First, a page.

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King Pine Homes purchased the Broad Cove property in late March 2014. Sitting vacant all winter, this home was in need of a complete remodel. However, it had "good bones" and we saw potential for this 1960's garrison located in a seaside neighborhood of Cape Elizabeth, ME. At the time of purchase, the home had 3 bedrooms, 1.5 baths and 1400 sq. ft. of living space. Most of the home's features were original with the exception of a serviceable boiler installed circa 2000.
The remodel plans called for converting the basement into an additional 600 sq. ft. of living space (a man cave, office space, or play room), developing a new master bath, as well as building a front porch and back deck. Since we were going to be touching almost every surface in this home, we felt it was a good candidate for a home energy retrofit as part of the remodel process.
Prior to beginning demolition, we had Chris Larson of Rook Energy Solutions perform an energy audit. Not only did we want to establish a baseline reading to evaluate our performance later on, but we also wanted to find out where this home was wasting energy.
Test-In Blower Door Reading & Energy Audit
A blower door is a tool used to measure the air tightness of a home. The initial blower door test on this project registered at 2630 cubic feet per minute (CFM) at 50 pascal (pressure metric), which is consistent with many of the other homes in neighborhood. Constructed during a time when energy efficiency wasn't a priority among developers, this building envelope offered ample room for improvement.
The energy sinks identified by Rook Energy Solutions were insufficient insulation in the basement and attic along with a leaky building envelope. During the planning phase of this remodel, we integrated the home energy efficiency upgrades recommended by Rook Energy Solutions' energy audit report, which included:
Installing rigid foam insulation, spray foam insulation, and blown-in cellulose insulation in the basement, walls, and attic;
Air sealing with spray foam and tapes;
Optimizing the boiler with smart controls;
Removing the tankless coil from the boiler and installing an independent hot water heater;
Adding an extra zone to the heating system;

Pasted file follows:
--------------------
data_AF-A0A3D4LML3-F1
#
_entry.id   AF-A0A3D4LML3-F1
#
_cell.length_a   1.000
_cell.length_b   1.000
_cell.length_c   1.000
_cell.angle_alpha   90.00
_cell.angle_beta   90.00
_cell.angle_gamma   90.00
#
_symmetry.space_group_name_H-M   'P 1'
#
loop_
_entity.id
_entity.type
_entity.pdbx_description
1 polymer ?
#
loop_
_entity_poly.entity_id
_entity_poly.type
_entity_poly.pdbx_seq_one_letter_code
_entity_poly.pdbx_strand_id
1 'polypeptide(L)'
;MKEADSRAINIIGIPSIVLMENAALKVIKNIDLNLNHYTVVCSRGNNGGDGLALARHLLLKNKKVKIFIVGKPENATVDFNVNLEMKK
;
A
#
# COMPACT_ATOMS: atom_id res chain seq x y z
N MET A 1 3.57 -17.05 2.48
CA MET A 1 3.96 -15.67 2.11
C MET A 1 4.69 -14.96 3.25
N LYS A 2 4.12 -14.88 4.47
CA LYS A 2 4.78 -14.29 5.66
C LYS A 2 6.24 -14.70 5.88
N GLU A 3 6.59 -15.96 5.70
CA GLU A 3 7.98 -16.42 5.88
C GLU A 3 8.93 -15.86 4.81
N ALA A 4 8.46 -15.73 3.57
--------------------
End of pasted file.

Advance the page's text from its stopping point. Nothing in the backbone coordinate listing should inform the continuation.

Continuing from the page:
Building an airlock entryway in the garage;
Removing old windows and doors and replacing them with energy efficient models; and
Addressing moisture/water issues in basement by regrading the back yard, installing exterior drains and gutters, and designing wall assemblies to prevent condensation.
Test-Out Blower Door Reading
Once the drywall was installed and the insulation in place, we conducted a second blower door test. It measured 1065 CFM at 51.6 pascal, which represents a 60.5% reduction in air leakage. Tim Ingraham modeled the retrofitted home, estimating an annual fuel savings of 60 to 75%, or $2000 to $3000 per year.
Incremental Cost of the Energy Efficient Remodel
At King Pine Homes, we're interested in identifying the incremental costs associated with an energy efficient remodel. We're attempting to answer an important question: How much extra does it cost to improve energy efficiency during a whole house remodel?
Obviously, the answer to this question depends on how many upgrades you make during the retrofit process. Achieving Passive House standards was not in the budget for the Broad Cove project, but we still wanted to make a meaningful impact on comfort, indoor air quality, and monthly savings of the home. I'd spoken with Chris Larson about the "pretty good house" concept, which attempts to strike a balance between retrofit costs and actual energy savings. Given our overall project improvement budget of $90,000 and schedule of 90 days, we thought a 40 - 50% reduction in energy usage would be both obtainable and affordable.
In the end, we spent $13,000 over and above what we would have otherwise spent on the remodel. The results were great, as we surpassed our target energy goal by a long shot. Here's how the "retrofit" dollars were spent:
$10,000 - Air sealing and insulation (excluding $1000 rebate);
$1,250 - Windows and doors;
$650 - Smart controls for the boiler;
$550 - Insulated electric water heater;
$200 - Bathroom exhaust fans; and
$350 - Kitchen appliances.
Again, these figures do not reflect the full cost of the products we used, just the marginal increase in cost associated with buying energy efficient models. For example, you might purchase an EnergyStar certified electric water heater for $1200 whereas a comparable stock model costs somewhere around $530. Thus, the marginal cost of purchasing the energy efficient option is $670, which is allocated to the retrofit budget.
Indoor Air Quality & Energy Efficiency
Since we were tightening up the building envelope at the Broad Cove project, we needed to be mindful of indoor air quality (IAQ). A significant portion of the $90,000 budget was allocated to moisture management and having asbestos floor tiles professionally abated from the basement. Although not directly impacting the efficiency of the Broad Cove home, IAQ is a tenet of home performance. For example, excess moisture will compromise the integrity of the insulation, not to mention the health concerns associated with mold. Thus, we did jobs like regrading the slope of the back yard, added exterior drainage, installed bathroom exhaust fans, and designed wall assemblies to prevent condensation. In the end, we can't say the money spent was just for "efficiency" purposes, but we can say it contributed to a far superior home.